Ryan Tannehill should be surrounded with much better weapons in 2012. (Mike Ehrmann/Getty Images)
With the 2013 NFL season rapidly approaching, we’re taking a spin around the league for a closer look at all 32 teams. Track all of our Snapshots here.
If the NFL’s championship was decided by which team makes the biggest free-agent acquisitions, Miami would be the clear-cut frontrunner for 2013. After missing the playoffs for the 10th time in the last 11 seasons, general manager Jeff Ireland gave every indication the Dolphins are “all-in” this season, signing big-name free-agents left and right and splashing plenty of cash along the way, all in an effort to put this team in a position to challenge the New England Patriots for a division title.
The price tags some of Miami’s new signings commanded -- Mike Wallace (5-years, $60 million) and Dannell Ellerbe (5-years, $35 million) in particular -- are questionable, but Ireland didn’t really have a choice. He had come under intense scrutiny in recent years for misguided personnel decisions, and there’s a growing sense he needs to push the Dolphins into the playoff picture this season to save his job.
There’s little doubt the Dolphins should be better. From top to bottom, there’s more talent and depth at almost every position, and if quarterback Ryan Tannehill can take the proverbial sophomore “leap,” a playoff berth is well within reach.
With New England enduring one of the most tumultuous offseasons of any team in the league, the Bills in rebuilding mode and the Jets struggling to find an identity and a starting quarterback, the door to an AFC East crown -- long considered New England's to lose -- appears to have been cracked open.
Miami might well be able to take advantage.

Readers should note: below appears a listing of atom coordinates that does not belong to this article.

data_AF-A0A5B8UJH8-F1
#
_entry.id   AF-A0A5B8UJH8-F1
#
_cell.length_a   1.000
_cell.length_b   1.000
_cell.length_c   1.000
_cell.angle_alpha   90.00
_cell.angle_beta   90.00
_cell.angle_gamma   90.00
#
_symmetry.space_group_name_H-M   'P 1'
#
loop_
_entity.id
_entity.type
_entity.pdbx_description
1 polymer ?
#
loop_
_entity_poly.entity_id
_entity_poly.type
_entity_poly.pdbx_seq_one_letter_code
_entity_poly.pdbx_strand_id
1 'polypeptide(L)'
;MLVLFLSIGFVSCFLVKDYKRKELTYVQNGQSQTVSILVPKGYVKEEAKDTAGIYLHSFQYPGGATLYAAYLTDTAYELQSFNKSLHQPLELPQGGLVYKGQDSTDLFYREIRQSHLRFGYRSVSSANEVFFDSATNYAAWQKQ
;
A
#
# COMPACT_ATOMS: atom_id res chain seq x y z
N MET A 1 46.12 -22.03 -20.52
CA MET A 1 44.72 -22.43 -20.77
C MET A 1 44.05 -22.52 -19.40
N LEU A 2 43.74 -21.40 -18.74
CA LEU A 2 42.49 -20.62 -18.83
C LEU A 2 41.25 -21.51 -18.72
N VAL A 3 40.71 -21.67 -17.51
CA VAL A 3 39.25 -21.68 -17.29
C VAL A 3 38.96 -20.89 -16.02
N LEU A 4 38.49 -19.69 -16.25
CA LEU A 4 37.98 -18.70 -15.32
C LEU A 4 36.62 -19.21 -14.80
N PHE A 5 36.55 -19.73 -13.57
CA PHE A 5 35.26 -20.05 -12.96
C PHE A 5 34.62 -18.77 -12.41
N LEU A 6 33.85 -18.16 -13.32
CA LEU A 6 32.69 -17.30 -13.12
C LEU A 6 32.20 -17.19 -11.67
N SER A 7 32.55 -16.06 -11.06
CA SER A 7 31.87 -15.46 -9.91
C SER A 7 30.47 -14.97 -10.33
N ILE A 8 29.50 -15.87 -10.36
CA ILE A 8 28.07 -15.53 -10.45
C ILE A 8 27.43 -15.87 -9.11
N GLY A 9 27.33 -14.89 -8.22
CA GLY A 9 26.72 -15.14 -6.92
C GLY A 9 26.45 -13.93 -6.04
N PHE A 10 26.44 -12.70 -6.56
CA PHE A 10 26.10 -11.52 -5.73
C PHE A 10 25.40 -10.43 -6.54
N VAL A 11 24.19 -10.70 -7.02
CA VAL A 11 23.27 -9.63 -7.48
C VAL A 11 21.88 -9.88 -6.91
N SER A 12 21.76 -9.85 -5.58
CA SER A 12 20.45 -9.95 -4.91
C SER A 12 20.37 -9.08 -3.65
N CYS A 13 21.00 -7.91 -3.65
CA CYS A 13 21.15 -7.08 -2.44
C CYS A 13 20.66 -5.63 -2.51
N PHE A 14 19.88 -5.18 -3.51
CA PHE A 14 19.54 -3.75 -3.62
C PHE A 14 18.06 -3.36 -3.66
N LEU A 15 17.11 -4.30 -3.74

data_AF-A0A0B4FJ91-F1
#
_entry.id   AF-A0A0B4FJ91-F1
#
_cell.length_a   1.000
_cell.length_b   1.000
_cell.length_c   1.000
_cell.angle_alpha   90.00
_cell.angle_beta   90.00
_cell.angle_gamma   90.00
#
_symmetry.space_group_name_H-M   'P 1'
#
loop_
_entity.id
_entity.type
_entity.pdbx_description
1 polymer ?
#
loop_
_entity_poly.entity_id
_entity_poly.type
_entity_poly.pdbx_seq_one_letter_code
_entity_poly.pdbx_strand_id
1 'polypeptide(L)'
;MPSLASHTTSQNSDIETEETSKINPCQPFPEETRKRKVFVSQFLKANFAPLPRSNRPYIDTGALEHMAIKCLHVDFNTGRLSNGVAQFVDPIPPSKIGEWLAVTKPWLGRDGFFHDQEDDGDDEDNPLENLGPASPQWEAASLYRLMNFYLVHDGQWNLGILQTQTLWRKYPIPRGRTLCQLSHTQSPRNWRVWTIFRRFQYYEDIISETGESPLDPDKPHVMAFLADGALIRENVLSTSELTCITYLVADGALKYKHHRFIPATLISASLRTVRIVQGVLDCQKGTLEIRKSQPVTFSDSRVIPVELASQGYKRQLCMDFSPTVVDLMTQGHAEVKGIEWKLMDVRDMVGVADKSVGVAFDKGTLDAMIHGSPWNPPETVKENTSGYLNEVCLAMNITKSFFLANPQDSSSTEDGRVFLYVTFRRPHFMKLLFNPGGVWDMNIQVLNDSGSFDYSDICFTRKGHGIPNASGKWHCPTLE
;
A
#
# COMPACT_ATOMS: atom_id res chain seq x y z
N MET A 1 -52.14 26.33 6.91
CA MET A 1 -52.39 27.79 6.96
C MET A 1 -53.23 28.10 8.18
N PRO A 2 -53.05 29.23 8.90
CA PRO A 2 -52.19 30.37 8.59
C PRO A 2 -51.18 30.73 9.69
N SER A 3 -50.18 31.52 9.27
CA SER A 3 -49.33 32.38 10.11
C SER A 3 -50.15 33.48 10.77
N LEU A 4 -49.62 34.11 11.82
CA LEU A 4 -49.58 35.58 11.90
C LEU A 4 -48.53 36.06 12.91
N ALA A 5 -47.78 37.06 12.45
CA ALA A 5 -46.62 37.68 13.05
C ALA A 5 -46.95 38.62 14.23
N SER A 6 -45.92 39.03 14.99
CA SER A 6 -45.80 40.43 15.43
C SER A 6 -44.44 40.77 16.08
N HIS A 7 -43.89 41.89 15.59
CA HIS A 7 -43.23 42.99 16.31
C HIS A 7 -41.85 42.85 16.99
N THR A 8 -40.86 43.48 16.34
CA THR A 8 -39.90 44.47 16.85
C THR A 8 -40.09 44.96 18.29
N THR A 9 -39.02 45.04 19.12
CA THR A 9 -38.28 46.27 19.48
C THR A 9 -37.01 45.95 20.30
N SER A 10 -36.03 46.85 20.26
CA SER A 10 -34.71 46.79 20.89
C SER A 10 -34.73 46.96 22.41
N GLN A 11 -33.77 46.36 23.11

- Biggest storyline: The development of Ryan Tannehill.
The near-instant success of three rookie quarterbacks (Washington’s Robert Griffin III, Seattle’s Russell Wilson and Indianapolis’ Andrew Luck) was one of the biggest and most thrilling storylines of 2012. Tannehill was drafted right along with those three, but never reached the same level of performance (or corresponding celebrity) at any point last season. He was mostly overlooked -- in part because his team, unlike the Redskins, Colts and Seahawks, was never really in contention to make the playoffs.
Tannehill also didn’t play nearly as well as his contemporaries, and his supporting cast didn’t exactly help matters (no receiver caught more than one touchdown pass). Furnishing Tannehill with some legitimate perimeter firepower was one of Ireland’s biggest goals this offseason, one he appears to have accomplished. Wallace is one of the most explosive deep threats in the league, and slot receiver Brandon Gibson was productive in spurts for Saint Louis last season. Former Jets tight end Dustin Keller would have added to Miami’s retooled passing attack, but he suffered a season-ending knee injury in a preseason loss to Houston.
A year of experience in Joe Philbin’s West Coast offense will benefit Tannehill as he looks to develop a rapport with the batch of new skill players surrounding him. He may not have gotten RGIII-, Wilson- or Luck-type media love last season, but if Tannehill and his new receiving targets are on the same wavelength, the 2012 draft QB class will soon identify with four, not three, rising star signal-callers.
- Most intriguing position battle: Running back.
Entering training camp, it seemed Miller, a fourth-round pick out of Miami in 2012, would win the starting running back job with relative ease. Bruising third-year back Daniel Thomas has made up ground quickly and the current situation -- based both on comments from Philbin and the division of first team repetitions in training camp -- implies the race is nowhere close to being settled.
Miller is the faster, more elusive back, and many believe his versatility and explosiveness make him the best possible replacement for Reggie Bush, but his resume (at least compared to Thomas, who has compiled 265 carries over two seasons) is short on NFL experience and long on unfulfilled college hype. If Miller lives up to his billing, or even comes close to his goal of rushing for 1,500 yards, Miami will have made the right choice. Thomas is the safer option, although his 3.5 yards-per-carry average doesn’t inspire confidence he can give Miami any sort of big-play potential. In the end, Philbin could wind up employing a two-headed attack, with Thomas handling short-yardage situations and Miller being used on first and second down.